The made-in-Melbourne tale of terror on the high seas is stronger on atmosphere than genuine fear, but genre fans will enjoy the voyage.
Nathan Phillips, up against supernatural Nazis in Blood Vessel. Image supplied.
One could convincingly argue that Nazis are bad enough as they stand without throwing the supernatural into the mix.
For decades, however, filmmakers have been hellbent on augmenting the Nazis’ natural unpleasantness with chills and creepiness from beyond the grave.
Indeed, one could draw a through-line connecting 1977’s Shock Waves, in which tourists shipwrecked on a remote island run afoul of Third Reich zombies, to 2018’s Overlord, which pits American paratroopers against the gruesome outcome of bizarre WWII experimentation – and make plenty of pitstops along the way.
Let’s face it, Nazis plus the occult equals exploitation-movie gold, so kudos to Australian visual effects whiz turned writer-director-producer Justin Dix for going for said gold with his sophomore directorial outing, Blood Vessel.
Following on from his fun 2012 Aliens pastiche Crawlspace, Dix has clearly read the low-budget horror movie playbook cover to cover and learned his lessons well – the made-in-Melbourne Blood Vessel has a catchily wink-wink title, wonderfully vivid key art and a neat high-concept hook that should prove appealing to audiences both local and international.
Let’s face it, Nazis plus the occult equals exploitation-movie gold.
The budget and resources are limited but Dix and his team make the most of what they have, with cinematographer Sky Davies flooding each frame with rich colours and deep contrasts, creating a shadowy and sinister but seductive environment for Blood Vessel’s predators and prey.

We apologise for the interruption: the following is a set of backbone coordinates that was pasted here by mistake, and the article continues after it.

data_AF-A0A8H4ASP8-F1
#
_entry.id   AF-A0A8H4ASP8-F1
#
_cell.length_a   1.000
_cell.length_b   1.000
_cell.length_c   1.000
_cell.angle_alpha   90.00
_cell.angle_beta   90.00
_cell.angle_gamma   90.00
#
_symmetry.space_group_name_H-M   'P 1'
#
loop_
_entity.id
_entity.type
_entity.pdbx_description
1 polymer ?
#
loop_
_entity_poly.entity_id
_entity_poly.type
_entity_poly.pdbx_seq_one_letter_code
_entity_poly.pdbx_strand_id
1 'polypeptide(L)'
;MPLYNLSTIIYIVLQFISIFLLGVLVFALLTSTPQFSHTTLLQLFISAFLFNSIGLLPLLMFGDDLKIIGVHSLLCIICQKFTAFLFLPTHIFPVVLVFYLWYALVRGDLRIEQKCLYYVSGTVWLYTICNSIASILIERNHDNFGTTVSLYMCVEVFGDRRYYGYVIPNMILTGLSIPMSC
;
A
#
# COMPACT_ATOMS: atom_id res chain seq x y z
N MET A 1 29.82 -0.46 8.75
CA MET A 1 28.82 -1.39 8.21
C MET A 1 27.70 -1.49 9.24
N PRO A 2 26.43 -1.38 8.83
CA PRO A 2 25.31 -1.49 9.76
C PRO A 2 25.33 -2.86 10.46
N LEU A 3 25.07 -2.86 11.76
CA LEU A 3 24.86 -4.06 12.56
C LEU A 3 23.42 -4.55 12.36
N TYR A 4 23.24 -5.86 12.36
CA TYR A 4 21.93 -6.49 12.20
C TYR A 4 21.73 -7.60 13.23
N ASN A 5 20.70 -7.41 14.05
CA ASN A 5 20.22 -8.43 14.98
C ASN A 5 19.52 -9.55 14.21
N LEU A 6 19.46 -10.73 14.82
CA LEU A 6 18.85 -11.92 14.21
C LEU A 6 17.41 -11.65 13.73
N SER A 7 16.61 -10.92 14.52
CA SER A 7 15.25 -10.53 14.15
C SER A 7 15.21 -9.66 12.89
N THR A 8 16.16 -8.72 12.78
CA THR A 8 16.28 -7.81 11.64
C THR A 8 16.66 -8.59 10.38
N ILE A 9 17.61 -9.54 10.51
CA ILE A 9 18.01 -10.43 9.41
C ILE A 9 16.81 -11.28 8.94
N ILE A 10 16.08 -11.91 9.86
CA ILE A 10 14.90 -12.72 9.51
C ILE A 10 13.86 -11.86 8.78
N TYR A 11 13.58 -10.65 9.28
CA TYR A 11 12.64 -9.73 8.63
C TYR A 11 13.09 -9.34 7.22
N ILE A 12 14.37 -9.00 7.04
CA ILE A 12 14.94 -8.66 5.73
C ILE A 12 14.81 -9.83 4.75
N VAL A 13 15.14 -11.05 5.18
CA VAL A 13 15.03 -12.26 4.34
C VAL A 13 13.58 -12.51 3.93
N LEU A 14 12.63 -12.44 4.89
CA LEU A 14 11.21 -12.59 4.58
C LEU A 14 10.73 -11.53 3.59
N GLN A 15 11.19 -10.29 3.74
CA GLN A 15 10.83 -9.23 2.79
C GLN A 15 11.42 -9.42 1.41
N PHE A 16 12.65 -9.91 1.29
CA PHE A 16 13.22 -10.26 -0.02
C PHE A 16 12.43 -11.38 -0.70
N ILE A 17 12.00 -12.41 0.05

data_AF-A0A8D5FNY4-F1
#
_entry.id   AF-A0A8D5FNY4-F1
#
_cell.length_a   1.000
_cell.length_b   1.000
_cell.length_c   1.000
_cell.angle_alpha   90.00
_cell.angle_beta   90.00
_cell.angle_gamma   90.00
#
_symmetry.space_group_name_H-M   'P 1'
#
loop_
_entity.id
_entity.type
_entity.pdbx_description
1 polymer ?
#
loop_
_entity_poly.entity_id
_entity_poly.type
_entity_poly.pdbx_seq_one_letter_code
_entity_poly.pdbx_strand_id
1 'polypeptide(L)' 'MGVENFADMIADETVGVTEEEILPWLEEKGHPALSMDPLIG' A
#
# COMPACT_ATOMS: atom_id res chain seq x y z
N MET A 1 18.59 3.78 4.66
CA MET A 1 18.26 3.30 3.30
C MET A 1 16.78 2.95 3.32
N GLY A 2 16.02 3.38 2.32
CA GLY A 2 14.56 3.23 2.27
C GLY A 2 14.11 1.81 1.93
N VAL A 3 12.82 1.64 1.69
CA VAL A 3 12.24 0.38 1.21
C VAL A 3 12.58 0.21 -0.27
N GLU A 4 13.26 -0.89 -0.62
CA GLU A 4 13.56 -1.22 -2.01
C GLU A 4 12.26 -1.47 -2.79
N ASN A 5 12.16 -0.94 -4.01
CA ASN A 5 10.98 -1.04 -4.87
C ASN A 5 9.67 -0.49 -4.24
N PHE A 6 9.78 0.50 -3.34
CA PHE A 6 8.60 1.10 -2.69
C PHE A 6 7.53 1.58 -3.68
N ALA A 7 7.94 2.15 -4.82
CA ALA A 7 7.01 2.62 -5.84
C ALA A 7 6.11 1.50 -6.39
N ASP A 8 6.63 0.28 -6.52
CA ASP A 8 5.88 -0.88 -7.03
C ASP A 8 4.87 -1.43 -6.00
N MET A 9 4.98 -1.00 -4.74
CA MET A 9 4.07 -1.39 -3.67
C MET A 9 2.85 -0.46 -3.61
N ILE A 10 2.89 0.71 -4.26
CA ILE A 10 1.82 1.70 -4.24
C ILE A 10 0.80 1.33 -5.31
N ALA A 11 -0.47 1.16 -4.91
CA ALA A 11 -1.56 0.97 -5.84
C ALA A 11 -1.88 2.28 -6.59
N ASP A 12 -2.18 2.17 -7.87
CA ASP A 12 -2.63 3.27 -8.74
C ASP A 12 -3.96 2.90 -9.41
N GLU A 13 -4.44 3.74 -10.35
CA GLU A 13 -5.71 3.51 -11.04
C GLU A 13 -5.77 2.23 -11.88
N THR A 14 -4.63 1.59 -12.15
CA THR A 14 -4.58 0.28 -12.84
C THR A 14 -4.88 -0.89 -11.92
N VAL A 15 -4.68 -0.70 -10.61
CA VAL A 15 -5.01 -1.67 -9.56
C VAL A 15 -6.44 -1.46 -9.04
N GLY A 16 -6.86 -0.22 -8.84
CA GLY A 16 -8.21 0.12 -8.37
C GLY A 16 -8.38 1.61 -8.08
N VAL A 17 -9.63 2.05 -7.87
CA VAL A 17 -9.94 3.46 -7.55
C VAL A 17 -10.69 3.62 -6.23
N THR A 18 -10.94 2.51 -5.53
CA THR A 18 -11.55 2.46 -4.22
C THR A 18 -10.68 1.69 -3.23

And while the story has enough shocks and surprises, certainly in its early stages, to pique the viewer’s interest, it does suffer somewhat from sluggish pacing that may frustrate genre fans who’d prefer a more rapid-fire onslaught of grotesquery and gore.
But said fans are likely to be satisfied by Blood Vessel’s seafaring scares, which begin when the few survivors of a torpedoed WWII hospital boat, adrift in the North Atlantic in the dying days of the war, find salvation in the form of an abandoned German ship.
The ship is not only free of enemy combatants but carrying a haul of gold bullion. But that’s not all it’s hauling, because there’s something unspeakable in those huge, sealed containers. Something that just got out.
To Blood Vessel’s credit, it does stack its story with a variety of conflicts between its characters and inner demons haunting its protagonists, all of which is enough to generate varying degrees of interest, tension and sympathy before the ship’s monstrous passengers begin wreaking havoc.
That said, these characters and scenarios oscillate between reassuringly archetypal and been-there-seen-that stereotypical, and the cast respond to the material with performances ranging from capable to compelling.
The years have been good to Nathan Phillips, who has shed his youthful Wolf Creek energy to wear grizzled well as the surly Australian soldier Sinclair, and Vikings star Alyssa Sutherland’s striking looks and sympathetic demeanour are well-employed as English nurse Prescott.
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For me, though, the standout performer was relative newcomer Alex Cooke, displaying a quiet strength, integrity and wit as the Russian Teplov.
The current situation has consigned Blood Vessel to a home-viewing release, the film available on disc and video-on-demand.
While it is the kind of crowd-pleasing genre picture that would benefit from a big screen and a rowdy crowd, its thrills and chills are likely to play equally effectively on a smaller screen and a smaller room, preferably one where all the lights have been switched off.
Director: Justin Dix
Screenwriters: Justin Dix, Jordan Prosser
Producers: Steven McKinnon, Justin Dix
Available August 5 on DVD and Video on Demand through iTunes, Google, Fetch, Foxtel Store and Umbrella Entertainment